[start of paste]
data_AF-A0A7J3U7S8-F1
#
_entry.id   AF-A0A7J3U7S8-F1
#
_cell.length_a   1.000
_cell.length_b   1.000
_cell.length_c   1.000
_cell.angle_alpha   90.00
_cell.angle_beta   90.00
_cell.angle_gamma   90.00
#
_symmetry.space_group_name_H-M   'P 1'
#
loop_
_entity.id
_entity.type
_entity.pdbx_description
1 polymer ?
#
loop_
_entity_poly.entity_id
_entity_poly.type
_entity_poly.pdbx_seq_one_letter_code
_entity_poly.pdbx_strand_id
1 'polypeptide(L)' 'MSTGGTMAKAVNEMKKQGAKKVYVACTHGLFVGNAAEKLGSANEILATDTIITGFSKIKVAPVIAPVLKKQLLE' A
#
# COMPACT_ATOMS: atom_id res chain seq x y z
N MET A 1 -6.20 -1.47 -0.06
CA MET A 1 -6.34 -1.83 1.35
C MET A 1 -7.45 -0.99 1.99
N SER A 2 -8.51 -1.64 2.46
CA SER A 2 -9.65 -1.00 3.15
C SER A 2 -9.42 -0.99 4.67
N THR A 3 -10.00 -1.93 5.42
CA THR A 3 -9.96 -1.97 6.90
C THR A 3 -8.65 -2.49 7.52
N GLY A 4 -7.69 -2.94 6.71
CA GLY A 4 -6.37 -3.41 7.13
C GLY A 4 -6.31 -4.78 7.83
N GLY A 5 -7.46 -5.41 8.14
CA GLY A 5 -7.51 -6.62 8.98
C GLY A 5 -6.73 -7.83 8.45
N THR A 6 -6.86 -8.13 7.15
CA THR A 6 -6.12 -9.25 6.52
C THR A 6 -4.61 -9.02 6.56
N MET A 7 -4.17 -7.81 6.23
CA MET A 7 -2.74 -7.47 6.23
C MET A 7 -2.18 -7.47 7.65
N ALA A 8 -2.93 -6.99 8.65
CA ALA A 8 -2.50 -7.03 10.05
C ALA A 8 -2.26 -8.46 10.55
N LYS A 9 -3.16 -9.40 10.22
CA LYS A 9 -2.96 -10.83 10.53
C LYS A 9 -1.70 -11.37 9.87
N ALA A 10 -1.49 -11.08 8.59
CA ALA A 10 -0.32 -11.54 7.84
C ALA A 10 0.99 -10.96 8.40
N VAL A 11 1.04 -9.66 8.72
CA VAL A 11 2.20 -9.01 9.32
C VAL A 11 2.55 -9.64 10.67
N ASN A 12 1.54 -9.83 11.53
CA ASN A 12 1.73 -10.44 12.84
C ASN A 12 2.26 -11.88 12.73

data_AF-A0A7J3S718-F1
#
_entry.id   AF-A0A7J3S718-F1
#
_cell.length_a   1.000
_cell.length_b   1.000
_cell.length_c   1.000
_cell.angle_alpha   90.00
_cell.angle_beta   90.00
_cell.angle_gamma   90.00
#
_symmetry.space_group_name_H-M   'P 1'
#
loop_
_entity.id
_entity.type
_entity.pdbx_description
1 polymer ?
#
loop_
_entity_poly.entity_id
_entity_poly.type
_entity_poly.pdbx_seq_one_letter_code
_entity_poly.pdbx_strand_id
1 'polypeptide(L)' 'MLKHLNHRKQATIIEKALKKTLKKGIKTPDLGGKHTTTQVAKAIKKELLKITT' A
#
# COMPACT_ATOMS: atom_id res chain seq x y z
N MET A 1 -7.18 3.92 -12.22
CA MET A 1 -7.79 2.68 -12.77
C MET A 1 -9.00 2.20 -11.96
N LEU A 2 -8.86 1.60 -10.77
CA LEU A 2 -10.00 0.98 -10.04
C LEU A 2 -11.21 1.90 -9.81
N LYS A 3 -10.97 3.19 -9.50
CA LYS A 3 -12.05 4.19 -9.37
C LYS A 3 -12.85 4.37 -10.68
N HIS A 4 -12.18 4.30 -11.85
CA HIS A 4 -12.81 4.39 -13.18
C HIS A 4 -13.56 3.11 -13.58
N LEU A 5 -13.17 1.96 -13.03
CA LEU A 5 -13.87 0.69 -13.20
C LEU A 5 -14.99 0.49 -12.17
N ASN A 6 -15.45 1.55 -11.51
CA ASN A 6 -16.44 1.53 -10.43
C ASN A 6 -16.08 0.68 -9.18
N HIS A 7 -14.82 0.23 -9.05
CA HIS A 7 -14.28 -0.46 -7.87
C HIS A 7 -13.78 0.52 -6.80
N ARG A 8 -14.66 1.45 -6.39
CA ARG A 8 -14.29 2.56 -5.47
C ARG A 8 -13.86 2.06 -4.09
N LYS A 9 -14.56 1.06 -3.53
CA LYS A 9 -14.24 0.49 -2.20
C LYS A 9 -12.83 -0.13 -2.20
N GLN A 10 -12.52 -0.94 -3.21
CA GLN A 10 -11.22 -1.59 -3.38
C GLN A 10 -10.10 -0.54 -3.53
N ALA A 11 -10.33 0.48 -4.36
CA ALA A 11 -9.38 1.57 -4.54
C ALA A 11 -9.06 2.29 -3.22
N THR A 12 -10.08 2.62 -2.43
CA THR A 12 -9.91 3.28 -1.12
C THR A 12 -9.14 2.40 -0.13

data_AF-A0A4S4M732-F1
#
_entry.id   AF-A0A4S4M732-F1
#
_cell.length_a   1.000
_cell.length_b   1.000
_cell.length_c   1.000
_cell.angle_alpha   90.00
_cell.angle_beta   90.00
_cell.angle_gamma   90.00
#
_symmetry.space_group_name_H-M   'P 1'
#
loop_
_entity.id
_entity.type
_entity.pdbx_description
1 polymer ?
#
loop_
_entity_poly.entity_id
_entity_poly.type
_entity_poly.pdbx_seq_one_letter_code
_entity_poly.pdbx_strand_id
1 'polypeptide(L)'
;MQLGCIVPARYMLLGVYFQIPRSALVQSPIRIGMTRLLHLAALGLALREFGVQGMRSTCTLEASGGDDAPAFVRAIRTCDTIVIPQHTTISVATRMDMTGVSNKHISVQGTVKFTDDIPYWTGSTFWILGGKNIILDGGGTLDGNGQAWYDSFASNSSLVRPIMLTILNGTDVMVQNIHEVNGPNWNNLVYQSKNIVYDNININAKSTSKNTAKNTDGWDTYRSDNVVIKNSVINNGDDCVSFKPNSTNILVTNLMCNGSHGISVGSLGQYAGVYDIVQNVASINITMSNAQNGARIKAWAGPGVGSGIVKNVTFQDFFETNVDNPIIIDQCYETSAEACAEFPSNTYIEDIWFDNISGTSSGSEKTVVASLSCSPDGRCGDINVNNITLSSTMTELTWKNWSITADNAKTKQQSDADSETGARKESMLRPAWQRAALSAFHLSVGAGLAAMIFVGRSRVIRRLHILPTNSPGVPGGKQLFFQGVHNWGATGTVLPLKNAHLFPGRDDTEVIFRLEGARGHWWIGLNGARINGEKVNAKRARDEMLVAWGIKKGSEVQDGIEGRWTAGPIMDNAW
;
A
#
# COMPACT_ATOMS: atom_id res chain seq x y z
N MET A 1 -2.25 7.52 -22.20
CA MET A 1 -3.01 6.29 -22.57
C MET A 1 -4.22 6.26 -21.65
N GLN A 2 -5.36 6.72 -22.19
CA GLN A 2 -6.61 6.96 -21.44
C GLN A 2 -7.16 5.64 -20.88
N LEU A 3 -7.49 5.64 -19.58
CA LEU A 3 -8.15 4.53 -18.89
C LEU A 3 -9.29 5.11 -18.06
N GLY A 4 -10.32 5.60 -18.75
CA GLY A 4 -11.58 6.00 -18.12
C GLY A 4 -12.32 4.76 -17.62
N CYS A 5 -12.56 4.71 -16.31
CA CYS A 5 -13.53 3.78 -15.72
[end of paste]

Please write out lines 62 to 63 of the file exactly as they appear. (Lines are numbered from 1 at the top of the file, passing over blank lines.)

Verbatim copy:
CA ASN A 12 1.73 -10.44 12.84
C ASN A 12 2.26 -11.88 12.73